SIR P: Excellent! have you heard better language, sir?

VOLP: Well, let them go. And, gentlemen, honourable gentlemen, know, that for this time, our bank, being thus removed from the clamours of the canaglia, shall be the scene of pleasure and delight; for I have nothing to sell, little or nothing to sell.

SIR P: I told you, sir, his end.

PER: You did so, sir.

VOLP: I protest, I, and my six servants, are not able to make of this precious liquor, so fast as it is fetch’d away from my lodging by gentlemen of your city; strangers of the Terra-firma; worshipful merchants; ay, and senators too: who, ever since my arrival, have detained me to their uses, by their splendidous liberalities. And worthily; for, what avails your rich man to have his magazines stuft with moscadelli, or of the purest grape, when his physicians prescribe him, on pain of death, to drink nothing but water cocted with aniseeds? O health! health! the blessing of the rich, the riches of the poor! who can buy thee at too dear a rate, since there is no enjoying this world without thee? Be not then so sparing of your purses, honourable gentlemen, as to abridge the natural course of life–

PER: You see his end.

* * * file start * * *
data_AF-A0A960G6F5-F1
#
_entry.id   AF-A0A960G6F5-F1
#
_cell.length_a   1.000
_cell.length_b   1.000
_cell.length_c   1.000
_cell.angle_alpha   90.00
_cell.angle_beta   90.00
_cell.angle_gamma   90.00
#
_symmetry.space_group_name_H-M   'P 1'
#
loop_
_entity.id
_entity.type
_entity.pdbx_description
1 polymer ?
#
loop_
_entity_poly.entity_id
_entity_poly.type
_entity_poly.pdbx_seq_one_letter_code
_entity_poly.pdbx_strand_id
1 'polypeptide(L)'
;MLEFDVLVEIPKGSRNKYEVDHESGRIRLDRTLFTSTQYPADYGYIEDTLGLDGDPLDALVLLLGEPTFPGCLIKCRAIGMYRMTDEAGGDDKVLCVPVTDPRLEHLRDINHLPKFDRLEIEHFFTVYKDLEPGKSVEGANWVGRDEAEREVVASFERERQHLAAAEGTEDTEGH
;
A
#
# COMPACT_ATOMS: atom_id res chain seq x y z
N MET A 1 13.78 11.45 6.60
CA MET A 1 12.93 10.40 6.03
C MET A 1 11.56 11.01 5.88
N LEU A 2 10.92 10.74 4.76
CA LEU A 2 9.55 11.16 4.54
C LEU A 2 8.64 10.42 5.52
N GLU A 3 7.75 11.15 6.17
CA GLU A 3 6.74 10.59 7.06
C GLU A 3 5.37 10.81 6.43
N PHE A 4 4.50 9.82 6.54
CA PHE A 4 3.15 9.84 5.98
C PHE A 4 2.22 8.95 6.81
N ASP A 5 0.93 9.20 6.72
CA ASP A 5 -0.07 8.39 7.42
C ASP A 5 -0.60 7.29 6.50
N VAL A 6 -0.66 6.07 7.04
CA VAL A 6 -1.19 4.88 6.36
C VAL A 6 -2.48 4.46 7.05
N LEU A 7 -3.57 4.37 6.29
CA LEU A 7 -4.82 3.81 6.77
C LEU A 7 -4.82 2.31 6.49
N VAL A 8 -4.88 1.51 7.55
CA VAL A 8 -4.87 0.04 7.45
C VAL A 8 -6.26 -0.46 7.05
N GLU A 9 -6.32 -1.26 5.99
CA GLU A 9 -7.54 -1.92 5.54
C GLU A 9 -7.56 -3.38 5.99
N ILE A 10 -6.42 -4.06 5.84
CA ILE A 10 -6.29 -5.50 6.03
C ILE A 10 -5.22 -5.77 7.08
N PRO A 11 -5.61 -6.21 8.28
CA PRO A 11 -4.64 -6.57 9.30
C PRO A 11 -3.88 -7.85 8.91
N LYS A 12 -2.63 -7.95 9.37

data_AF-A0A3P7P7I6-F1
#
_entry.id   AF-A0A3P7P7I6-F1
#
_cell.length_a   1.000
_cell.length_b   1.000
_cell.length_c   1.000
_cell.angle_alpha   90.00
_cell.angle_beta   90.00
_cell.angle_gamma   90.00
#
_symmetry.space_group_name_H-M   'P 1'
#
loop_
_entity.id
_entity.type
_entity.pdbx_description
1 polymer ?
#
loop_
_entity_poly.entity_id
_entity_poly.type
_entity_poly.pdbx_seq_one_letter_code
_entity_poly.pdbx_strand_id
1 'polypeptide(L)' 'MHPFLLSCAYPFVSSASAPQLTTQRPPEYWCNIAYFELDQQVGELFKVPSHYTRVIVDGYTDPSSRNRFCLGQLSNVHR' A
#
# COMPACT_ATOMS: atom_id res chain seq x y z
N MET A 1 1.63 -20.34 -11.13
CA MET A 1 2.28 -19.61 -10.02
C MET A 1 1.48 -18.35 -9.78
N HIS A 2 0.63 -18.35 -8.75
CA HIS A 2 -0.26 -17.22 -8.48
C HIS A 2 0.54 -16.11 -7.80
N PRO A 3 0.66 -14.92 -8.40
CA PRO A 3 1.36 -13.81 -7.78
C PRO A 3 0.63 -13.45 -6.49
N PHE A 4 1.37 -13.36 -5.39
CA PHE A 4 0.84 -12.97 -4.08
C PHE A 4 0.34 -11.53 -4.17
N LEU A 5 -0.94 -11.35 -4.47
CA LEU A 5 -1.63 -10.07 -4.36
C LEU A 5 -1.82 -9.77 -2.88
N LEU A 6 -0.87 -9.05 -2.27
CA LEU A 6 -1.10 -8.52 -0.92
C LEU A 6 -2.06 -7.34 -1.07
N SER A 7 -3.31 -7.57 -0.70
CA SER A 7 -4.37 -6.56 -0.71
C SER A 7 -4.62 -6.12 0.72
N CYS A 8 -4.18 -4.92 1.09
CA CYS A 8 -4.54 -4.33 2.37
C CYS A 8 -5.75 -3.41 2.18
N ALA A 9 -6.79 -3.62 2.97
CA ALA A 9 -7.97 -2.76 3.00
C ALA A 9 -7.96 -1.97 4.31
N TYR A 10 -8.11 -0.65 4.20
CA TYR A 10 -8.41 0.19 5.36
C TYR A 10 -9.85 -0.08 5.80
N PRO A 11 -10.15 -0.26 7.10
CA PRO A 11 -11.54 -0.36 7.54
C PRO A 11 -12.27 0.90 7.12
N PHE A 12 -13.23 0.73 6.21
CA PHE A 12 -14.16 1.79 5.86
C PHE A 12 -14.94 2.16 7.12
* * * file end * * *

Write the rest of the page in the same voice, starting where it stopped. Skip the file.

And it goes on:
SIR P: Ay, is’t not good?

VOLP: For, when a humid flux, or catarrh, by the mutability of air, falls from your head into an arm or shoulder, or any other part; take you a ducat, or your chequin of gold, and apply to the place affected: see what good effect it can work. No, no, ’tis this blessed unguento, this rare extraction, that hath only power to disperse all malignant humours, that proceed either of hot, cold, moist, or windy causes–

PER: I would he had put in dry too.

SIR P: ’Pray you, observe.

VOLP: To fortify the most indigest and crude stomach, ay, were it of one, that, through extreme weakness, vomited blood, applying only a warm napkin to the place, after the unction and fricace;–for the vertigine in the head, putting but a drop into your nostrils, likewise behind the ears; a most sovereign and approved remedy. The mal caduco, cramps, convulsions, paralysies, epilepsies, tremor-cordia, retired nerves, ill vapours of the spleen, stopping of the liver, the stone, the strangury, hernia ventosa, iliaca passio; stops a disenteria immediately; easeth the torsion of the small guts: and cures melancholia hypocondriaca, being taken and applied according to my printed receipt.